“It never hurts to try right?” she said.
What may hurt however, are the memories of personal humiliation Cook’s story may invoke for readers.
“I saw the pavement coming towards me fast. I caught a glimpse of the contents of my purse flying through the air. My cell phone was hurled into the street,” wrote Cook. “My peripheral vision saw them. There they were: bystanders, onlookers, spectators, witnesses.”
After several years in the workforce and living in several locations around the country, Cook returned to college during a period of unemployment. She hopes to become a teacher who has an effect on the lives she touches.
“I aspire to be the educator that is remembered not only for teaching, but doing so in a manner that remains with you long after graduation. Everyone should have the opportunity to have that one teacher they will never forget” said Cook.
“The courses and services offered at Ohio University-Chillicothe give me the opportunity to chase this dream while being a single mother” said Cook. “And opportunities like the ones presented by the Writing Center give students the chance to be recognized for the many talents we all have to offer.”
While she has not had formal writing training, Cook says faculty members at OU-C have helped prepare and challenge her throughout her educational journey.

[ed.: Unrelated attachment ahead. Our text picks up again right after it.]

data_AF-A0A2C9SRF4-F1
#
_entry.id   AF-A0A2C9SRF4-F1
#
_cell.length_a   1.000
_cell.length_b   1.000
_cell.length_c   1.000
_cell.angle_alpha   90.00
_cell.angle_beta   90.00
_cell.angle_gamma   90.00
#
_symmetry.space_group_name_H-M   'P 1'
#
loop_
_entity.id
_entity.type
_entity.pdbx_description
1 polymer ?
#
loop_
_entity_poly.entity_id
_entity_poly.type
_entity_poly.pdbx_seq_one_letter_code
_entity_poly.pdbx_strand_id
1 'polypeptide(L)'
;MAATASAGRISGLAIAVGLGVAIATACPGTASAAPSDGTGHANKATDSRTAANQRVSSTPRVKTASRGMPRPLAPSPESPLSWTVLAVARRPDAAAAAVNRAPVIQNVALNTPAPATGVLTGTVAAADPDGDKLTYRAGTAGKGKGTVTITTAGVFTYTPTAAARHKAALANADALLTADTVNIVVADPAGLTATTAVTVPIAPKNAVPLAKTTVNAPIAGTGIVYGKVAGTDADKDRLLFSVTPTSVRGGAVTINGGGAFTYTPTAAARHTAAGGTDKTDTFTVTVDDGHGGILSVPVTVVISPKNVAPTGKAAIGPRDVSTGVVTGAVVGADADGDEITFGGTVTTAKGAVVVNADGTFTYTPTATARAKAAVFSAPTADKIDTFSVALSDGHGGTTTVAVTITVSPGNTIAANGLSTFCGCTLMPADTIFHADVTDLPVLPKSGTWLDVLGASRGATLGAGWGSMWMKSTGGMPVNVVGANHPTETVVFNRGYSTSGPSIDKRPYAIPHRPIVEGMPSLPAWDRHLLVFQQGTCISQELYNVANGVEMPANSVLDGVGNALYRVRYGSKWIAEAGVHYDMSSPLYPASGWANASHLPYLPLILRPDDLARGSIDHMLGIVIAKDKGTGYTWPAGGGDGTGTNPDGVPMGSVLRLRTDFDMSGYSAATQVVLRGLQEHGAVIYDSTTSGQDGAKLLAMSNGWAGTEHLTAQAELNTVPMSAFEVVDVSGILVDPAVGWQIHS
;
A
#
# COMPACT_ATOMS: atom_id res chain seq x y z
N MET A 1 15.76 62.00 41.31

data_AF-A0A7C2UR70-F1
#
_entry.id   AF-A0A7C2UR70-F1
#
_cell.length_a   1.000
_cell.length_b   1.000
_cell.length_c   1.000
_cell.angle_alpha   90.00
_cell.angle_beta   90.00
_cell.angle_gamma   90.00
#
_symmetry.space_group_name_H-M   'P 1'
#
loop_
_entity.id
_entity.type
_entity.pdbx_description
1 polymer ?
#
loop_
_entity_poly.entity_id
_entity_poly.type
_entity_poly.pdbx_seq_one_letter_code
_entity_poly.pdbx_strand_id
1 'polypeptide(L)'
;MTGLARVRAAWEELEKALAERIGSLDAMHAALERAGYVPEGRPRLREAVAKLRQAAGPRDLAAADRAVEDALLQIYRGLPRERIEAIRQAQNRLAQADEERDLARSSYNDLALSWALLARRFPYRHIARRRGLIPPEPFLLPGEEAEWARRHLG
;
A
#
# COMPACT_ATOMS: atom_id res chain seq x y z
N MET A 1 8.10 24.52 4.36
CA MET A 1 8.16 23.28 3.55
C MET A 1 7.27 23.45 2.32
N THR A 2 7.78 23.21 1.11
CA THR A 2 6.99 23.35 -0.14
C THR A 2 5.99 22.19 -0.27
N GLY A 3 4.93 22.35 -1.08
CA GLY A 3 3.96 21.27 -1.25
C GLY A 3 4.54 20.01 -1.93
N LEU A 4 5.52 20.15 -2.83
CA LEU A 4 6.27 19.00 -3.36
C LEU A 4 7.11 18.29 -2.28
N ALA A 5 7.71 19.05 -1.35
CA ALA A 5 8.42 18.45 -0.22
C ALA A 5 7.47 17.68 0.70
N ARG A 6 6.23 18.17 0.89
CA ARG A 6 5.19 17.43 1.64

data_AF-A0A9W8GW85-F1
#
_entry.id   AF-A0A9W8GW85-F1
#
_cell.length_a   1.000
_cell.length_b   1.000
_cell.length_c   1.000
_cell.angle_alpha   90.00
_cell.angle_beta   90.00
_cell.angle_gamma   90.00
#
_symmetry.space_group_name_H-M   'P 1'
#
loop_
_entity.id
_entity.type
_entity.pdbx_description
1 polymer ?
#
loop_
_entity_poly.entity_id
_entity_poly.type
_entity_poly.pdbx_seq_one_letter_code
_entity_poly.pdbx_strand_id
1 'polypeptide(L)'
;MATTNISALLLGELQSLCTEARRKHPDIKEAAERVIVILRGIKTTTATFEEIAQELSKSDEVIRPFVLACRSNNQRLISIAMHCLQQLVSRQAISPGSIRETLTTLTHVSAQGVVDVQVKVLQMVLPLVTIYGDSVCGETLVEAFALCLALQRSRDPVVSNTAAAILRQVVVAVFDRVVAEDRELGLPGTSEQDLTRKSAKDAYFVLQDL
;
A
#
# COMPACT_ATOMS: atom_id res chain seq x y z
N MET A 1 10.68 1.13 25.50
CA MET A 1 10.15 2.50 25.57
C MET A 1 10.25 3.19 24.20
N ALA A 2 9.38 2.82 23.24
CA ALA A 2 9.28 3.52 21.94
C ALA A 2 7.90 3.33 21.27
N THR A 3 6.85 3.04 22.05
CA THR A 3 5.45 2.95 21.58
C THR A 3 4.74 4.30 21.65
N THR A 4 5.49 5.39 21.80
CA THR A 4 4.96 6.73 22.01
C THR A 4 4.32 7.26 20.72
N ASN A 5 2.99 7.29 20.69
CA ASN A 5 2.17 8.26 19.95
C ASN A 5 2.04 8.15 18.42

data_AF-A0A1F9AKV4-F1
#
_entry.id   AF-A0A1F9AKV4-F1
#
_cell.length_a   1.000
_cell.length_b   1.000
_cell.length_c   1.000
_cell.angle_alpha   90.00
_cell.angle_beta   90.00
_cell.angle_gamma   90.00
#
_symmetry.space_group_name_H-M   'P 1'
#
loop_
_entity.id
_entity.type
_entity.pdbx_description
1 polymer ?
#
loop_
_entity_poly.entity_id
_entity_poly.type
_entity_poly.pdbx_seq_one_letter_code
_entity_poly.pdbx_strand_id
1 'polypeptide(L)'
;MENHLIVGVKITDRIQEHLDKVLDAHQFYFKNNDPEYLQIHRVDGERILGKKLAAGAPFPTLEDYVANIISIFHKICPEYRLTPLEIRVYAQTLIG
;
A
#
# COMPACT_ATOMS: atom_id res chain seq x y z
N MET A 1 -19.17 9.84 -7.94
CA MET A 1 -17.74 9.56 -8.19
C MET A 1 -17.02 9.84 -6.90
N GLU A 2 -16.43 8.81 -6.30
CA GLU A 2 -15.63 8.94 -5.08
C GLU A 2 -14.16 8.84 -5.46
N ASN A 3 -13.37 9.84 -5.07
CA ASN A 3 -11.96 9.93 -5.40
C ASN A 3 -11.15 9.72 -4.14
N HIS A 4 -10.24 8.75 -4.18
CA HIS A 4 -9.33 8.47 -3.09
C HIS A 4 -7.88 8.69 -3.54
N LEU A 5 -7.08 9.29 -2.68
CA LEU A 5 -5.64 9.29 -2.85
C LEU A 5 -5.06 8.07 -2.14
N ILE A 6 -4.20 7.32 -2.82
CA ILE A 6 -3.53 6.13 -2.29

“I do want to give some credit to my university professors Dr. Kathleen Davies for always encouraging me; to Dr. Vena Kasbekar for pushing me for my best work; and Dr. Jan Schmittauer for being so enthusiastic and supportive of my efforts in her classes.
In addition to being a full-time parent, student and now budding author, Cook works as a part-time tutor in the Writing Center, a part of the Learning Commons in the Stevenson Center. Cook credits improvement in her own writing to the time she has spend at the Writing Center working with other talented and developing writers in the OU-C community. Also Cook explains that the ever-present encouragement and assistance from Nickles has helped her grow into the writer she has become.
“Sarah has a tremendous work ethic and a terrific amount of energy that supports the valuable work we are doing here with all types of student writing,” said Nickles. “Sarah is a favored tutor here because of her relaxed, yet motivated, personality and she simply draws in people with her effective tutoring. We are certainly lucky to have her.”
In addition to building a community of writers on the OU-C campus, Nickles explains that a community has developed among the Writing Center tutors themselves.
“We now have a poetry binder for tutors to explore each other's writing, and I've seen more writing on our blog ( Being emerged in writing themselves, tutors are then more likely to tutor reflectively.”
Plans for continuing the contest during the 2009-2010 academic year are still being discussed.
In the photo, Sarah Cook is shown with OU-C Dean Richard Bebee